Friday, August 29, 2008

2014/ 2015

Mark S. Lawson
Posted Friday, 29 August 2008
Who has noticed that the period 2014-2015 keeps on turning up in the debate on greenhouse science?
For that is when greenhouse proponents say the long-delayed global warming apocalypse will start
happening. In addition, that general date has turned up in forecasts made by an arch sceptic, and two
researchers in the US have forecast that sunspot activity will cease entirely by 2014.
As the two sides do not agree on anything else at all this is odd - odd enough to be worth exploring.
One group to point at the 2015 date is led by Noel Keenlyside of the Leibnitz Institute of Marine Science in
the German city of Kiel. As reported in the journal Nature (letters, May 1) Keenlyside and colleagues
added the affect of climate cycles to the Intergovernmental Panel on Climate Change models to forecast
that global temperatures will remain stable or perhaps even dip down for the next few years, before
heading up. The paper does not give a date for the expected kick up in temperatures but in a subsequent
interview with the Daily Telegraph in the UK Keenlyside stated that the earth will start to warm again in
Keenlyside was forecasting from his research into the powerful Atlantic meridional overturning circulation
(AMO) climate cycle which, he says, has a global effect and will weaken to its long term mean. He also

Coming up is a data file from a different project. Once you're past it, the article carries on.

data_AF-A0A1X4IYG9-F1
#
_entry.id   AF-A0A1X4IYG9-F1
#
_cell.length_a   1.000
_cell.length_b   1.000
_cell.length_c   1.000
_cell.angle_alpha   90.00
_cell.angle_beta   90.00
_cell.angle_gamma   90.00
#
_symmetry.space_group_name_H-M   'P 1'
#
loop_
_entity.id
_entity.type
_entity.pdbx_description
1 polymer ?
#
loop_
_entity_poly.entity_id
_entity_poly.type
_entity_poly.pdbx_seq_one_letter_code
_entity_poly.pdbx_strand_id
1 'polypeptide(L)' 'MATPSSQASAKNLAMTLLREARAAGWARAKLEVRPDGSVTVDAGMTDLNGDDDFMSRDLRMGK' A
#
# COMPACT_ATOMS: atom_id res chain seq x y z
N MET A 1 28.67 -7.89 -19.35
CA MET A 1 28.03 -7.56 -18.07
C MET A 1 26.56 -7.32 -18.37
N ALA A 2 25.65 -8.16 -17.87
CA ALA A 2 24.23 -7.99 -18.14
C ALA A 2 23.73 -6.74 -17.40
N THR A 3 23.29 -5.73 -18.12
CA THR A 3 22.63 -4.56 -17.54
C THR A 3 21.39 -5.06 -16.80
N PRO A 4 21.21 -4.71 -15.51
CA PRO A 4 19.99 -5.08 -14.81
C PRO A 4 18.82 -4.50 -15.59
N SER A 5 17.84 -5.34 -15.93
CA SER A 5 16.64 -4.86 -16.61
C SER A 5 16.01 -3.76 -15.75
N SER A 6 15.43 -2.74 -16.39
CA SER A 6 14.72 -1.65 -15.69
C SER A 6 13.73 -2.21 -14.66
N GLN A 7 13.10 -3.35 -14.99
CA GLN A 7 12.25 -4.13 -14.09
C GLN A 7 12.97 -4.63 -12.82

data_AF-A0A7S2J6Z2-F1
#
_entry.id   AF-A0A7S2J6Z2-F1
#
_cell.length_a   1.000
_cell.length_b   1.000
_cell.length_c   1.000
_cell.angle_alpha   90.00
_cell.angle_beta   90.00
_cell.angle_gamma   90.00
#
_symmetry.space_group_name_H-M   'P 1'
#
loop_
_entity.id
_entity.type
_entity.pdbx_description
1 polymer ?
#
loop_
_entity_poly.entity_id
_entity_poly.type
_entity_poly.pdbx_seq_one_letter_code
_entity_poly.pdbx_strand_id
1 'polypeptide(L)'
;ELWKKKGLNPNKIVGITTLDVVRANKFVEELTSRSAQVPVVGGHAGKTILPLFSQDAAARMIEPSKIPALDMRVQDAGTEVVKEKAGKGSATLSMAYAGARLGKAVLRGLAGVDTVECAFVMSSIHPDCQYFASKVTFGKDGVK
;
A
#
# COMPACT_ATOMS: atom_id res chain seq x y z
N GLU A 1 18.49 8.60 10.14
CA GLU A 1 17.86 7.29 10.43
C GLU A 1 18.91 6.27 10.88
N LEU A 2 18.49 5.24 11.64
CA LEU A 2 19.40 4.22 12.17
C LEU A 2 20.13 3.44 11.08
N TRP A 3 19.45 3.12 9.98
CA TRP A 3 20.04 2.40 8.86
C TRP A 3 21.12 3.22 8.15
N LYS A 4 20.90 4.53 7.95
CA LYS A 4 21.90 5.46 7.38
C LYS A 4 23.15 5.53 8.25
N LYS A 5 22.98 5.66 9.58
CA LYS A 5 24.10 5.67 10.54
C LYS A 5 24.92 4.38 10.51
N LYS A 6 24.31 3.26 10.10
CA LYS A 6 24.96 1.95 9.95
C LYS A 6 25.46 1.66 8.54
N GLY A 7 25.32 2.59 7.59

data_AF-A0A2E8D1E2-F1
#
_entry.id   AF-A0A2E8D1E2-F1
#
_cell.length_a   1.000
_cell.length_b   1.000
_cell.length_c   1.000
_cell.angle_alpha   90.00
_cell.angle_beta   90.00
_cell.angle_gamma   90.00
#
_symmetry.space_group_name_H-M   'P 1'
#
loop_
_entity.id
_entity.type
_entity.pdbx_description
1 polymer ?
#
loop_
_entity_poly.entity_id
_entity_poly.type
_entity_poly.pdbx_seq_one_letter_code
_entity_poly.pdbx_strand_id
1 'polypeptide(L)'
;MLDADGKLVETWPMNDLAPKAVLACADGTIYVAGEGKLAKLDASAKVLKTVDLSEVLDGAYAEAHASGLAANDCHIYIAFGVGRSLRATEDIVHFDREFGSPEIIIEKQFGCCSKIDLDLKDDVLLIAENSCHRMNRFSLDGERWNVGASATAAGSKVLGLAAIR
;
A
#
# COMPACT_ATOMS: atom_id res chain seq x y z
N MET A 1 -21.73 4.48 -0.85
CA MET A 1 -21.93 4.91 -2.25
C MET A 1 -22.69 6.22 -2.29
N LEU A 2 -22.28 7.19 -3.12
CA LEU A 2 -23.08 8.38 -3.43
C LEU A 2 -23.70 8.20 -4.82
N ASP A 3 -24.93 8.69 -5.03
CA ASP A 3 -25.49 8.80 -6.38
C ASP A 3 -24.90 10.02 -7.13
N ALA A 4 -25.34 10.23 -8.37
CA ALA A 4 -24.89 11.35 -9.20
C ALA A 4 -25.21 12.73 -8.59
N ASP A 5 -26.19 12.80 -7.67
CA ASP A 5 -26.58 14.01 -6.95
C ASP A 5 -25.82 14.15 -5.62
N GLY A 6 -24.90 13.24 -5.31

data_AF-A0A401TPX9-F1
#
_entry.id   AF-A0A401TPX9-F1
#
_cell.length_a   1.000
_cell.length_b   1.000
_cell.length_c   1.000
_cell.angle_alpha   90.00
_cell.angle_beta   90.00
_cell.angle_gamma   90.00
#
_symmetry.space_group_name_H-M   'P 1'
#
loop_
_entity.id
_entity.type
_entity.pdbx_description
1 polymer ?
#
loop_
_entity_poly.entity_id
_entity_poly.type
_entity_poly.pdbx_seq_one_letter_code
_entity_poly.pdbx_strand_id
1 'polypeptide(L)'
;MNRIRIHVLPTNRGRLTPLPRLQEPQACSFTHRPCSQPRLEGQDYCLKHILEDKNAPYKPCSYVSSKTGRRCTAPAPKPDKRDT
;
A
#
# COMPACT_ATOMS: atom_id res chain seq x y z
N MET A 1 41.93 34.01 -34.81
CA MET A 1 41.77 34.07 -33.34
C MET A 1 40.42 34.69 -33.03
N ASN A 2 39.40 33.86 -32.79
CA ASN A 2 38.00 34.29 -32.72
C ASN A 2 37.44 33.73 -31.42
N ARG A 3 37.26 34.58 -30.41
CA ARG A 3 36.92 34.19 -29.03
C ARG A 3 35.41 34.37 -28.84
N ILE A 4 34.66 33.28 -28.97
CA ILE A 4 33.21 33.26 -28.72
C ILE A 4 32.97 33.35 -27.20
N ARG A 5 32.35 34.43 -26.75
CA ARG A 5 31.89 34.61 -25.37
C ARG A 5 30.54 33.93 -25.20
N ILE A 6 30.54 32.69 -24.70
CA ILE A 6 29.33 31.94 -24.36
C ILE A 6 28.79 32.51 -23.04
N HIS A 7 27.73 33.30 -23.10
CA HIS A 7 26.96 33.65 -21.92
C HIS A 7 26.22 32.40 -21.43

emphasises that his work in no way contradicts that of the IPCC - he is merely adding climate cycles on
top of the panel’s predictions - but his work seem to have horrified the hardliners. There have been
internet reports that prominent scientists have tried to challenge the Keenlyside team to bets on
temperature trends. However, other climate cycles seem to be following the AMO lead. In April, NASA
announced that the Pacific Decadal Oscillation has shifted from its warm mode to its cool mode - a switch
that will not be discussed here but may also result in significant cooling.
More recently, another group observing the sun has also come up with the date 2014 but for quite
different reasons. As has been noted a few times in the media, the sun has gone quiet - too quiet - with
the next solar cycle so far not putting in an appearance. Scientists have known for a very long time that
the earth has a distinct 11-year cycle. At its height, indicated by lots of sunspots, the sun is very active
giving off lots of flares and solar storms which affect satellites. At the bottom of the cycle there are few or
no spots, and a marked lack of activity.
The last cycle was officially declared over by NASA in March 2006 with one group at the space agency
putting out a release confidently forecasting that the next cycle would be 20 to 50 per cent stronger than
the old.
The sun responded to this piece of scientific hubris by going quiet. A few spots from the new cycle have
been sighted, as well as a few spots from the old - scientists can tell which spots the cycle belongs to by
their magnetic polarity - but very little has happened.
At the time of writing the sun is still spot free. NASA solar physicist David Hathaway points out, quite
rightly, that the sun’s behaviour is within major statistical limits - just. The average solar cycle lasts 131
months plus or minus 14 months and the current cycle - the quiet period counts as part of the old cycle -
has lasted nearly 143 months. The solar cycle went quiet for years at the beginning of last century before